In June last year, Westminster Council's - her again - Philippa Roe defended the forthcoming cuts to Housing Benefit. Lambasting its currently huge cost she said
we have no issue with the families who have been claiming these high levels of benefit, as it is the system itself that is at fault and not them.
The system she speaks of is one the Tories instigated, where few new council houses are built and huge quantities of them are sold off, making the remaining number available spiral down the plughole. So, almost everyone poor has to rent from a private landlord, which is far more expensive than council housing.
Private rent funds two things: money to cover the landlord's mortgage on a property, and extra money to give the landlord a profit for being the owner.
As George Orwell said,
the ground-landlord in a town area has no function and no excuse for existence. He is merely a person who has found out a way of milking the public while giving nothing in return. He causes rents to be higher, he makes town planning more difficult, and he excludes children from green spaces: that is literally all that he does, except to draw his income.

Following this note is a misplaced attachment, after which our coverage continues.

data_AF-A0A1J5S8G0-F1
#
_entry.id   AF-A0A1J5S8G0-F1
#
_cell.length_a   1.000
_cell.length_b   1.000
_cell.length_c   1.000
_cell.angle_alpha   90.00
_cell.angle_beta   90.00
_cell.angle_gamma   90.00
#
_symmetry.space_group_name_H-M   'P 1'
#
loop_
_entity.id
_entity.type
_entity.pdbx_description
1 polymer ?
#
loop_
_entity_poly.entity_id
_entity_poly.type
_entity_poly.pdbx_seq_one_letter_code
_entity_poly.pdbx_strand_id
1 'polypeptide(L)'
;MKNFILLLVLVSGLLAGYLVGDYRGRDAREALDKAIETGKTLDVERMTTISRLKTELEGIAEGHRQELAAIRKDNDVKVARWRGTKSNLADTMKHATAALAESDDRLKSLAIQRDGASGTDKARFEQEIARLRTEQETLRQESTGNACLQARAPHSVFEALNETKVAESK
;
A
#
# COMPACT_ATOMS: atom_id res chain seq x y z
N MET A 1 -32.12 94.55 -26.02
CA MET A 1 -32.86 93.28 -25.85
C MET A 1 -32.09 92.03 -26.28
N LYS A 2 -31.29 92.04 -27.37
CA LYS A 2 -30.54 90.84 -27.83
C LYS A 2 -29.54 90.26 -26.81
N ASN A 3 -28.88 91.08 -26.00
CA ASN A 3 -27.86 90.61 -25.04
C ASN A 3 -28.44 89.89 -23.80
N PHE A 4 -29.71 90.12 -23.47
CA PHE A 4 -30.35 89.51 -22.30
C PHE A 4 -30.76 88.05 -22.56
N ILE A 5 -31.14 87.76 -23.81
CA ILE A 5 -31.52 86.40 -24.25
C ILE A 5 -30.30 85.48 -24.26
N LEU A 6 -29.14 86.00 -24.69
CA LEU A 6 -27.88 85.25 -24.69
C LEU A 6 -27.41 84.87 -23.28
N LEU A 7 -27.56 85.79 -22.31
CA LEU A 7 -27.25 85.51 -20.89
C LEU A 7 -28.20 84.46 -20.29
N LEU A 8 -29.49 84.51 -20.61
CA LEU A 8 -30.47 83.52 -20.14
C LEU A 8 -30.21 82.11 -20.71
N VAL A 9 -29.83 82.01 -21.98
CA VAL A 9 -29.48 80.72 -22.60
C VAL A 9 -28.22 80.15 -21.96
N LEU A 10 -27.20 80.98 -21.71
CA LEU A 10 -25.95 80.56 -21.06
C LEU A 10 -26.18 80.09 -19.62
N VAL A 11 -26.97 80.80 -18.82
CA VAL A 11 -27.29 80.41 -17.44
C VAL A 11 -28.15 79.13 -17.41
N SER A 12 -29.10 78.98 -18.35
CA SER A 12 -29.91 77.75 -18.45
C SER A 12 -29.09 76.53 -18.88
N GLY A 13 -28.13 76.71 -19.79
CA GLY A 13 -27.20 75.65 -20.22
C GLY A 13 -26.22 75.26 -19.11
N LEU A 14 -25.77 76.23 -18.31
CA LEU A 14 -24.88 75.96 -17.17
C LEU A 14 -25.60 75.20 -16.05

The Housing Benefit system will not buy a house for a family who are renting, yet it will happily pay that same mortgage plus a fat premium to buy that same house for someone who already owns fifty others.
It would clearly be cheaper if the landlord took less of a premium, as is the case with councils who own housing. But the private landlord's main aim is to maximise that premium, so the predictable and inevitable result of reducing council housing is that the Housing Benefit bill will increase. The expense Roe complains of is expense her party created.
The cuts in Housing Benefit will force people to move away, ghettoising them in wherever is cheapest. This will shred communities, with all the associated impacts on crime and mental health, and of course the places with the cheapest rents are the ones with no opportunities. Moving the jobless to unemployment blackspots is hardly going to increase their chances, yet the new benefits regime penalises those who don't find work within a few months.
Philippa Roe assured us last June
the new changes will not take hold until April 2011 and we have time to plan and forecast what the housing needs of Westminster will be.
By December, Westminster Council reportedly
admitted it plans to move 80 per cent of homeless housing benefit claimants needing temporary accommodation out of the borough.
When the Tories talk of 'forecasts' and 'rewards', they are speaking of whitewashes and penalties. Wherever you live, if you are unemployed it is your personal moral failing for which you must be punished.